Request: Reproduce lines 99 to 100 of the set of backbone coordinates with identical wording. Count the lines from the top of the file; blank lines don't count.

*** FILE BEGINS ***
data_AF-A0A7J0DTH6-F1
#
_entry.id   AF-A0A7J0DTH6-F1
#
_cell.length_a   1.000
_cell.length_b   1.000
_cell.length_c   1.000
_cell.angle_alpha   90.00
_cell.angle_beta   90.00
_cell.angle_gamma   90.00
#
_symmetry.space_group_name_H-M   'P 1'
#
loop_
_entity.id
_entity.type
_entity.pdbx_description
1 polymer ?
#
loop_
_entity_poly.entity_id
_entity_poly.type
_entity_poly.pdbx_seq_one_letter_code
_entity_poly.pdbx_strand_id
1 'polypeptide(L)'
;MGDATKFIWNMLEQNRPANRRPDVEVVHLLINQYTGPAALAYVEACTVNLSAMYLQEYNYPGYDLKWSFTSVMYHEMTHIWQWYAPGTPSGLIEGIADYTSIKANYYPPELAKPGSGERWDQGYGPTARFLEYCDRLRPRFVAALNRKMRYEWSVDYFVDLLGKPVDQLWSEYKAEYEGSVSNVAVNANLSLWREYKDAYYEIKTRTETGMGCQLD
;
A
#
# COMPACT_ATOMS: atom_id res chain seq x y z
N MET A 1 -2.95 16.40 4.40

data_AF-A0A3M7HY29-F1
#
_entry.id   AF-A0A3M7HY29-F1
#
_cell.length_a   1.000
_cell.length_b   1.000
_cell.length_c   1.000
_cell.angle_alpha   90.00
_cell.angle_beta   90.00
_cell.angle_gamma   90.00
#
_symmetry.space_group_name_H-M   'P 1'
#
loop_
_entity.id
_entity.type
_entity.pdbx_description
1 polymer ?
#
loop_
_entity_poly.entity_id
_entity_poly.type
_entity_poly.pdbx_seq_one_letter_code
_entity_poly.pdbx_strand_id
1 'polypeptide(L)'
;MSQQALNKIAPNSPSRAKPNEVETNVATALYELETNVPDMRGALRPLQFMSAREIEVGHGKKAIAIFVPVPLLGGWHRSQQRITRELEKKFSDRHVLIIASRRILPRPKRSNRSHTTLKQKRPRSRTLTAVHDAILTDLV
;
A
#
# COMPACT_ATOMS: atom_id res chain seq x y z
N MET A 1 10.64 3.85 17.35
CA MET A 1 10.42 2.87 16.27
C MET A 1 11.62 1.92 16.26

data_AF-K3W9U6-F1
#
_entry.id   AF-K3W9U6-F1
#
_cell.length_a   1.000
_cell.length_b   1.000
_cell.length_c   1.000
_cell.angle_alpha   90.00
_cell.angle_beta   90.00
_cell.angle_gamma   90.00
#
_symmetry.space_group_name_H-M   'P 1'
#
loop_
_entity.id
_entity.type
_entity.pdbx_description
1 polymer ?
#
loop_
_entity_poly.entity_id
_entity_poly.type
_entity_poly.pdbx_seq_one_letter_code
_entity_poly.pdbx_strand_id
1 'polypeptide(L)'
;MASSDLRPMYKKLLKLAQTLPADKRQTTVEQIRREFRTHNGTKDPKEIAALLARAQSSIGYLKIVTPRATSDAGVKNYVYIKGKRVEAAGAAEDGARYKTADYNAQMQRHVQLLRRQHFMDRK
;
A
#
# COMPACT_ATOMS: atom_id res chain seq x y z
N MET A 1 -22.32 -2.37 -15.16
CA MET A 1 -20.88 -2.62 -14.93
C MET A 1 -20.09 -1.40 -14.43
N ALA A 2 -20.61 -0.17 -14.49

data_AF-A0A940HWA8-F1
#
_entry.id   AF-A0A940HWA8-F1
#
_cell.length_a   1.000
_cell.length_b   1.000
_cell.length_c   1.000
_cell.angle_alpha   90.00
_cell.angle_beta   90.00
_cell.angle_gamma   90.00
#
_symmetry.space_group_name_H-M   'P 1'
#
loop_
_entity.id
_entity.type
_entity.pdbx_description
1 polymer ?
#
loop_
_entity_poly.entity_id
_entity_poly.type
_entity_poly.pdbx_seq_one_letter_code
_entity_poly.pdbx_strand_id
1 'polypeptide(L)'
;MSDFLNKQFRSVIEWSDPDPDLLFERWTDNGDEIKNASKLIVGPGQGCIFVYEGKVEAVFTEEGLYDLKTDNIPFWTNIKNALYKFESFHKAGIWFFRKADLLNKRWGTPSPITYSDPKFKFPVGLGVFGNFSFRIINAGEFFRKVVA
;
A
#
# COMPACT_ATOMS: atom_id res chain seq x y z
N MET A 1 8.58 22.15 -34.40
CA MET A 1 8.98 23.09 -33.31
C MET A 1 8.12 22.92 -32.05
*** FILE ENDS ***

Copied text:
data_AF-A0A940HWA8-F1
#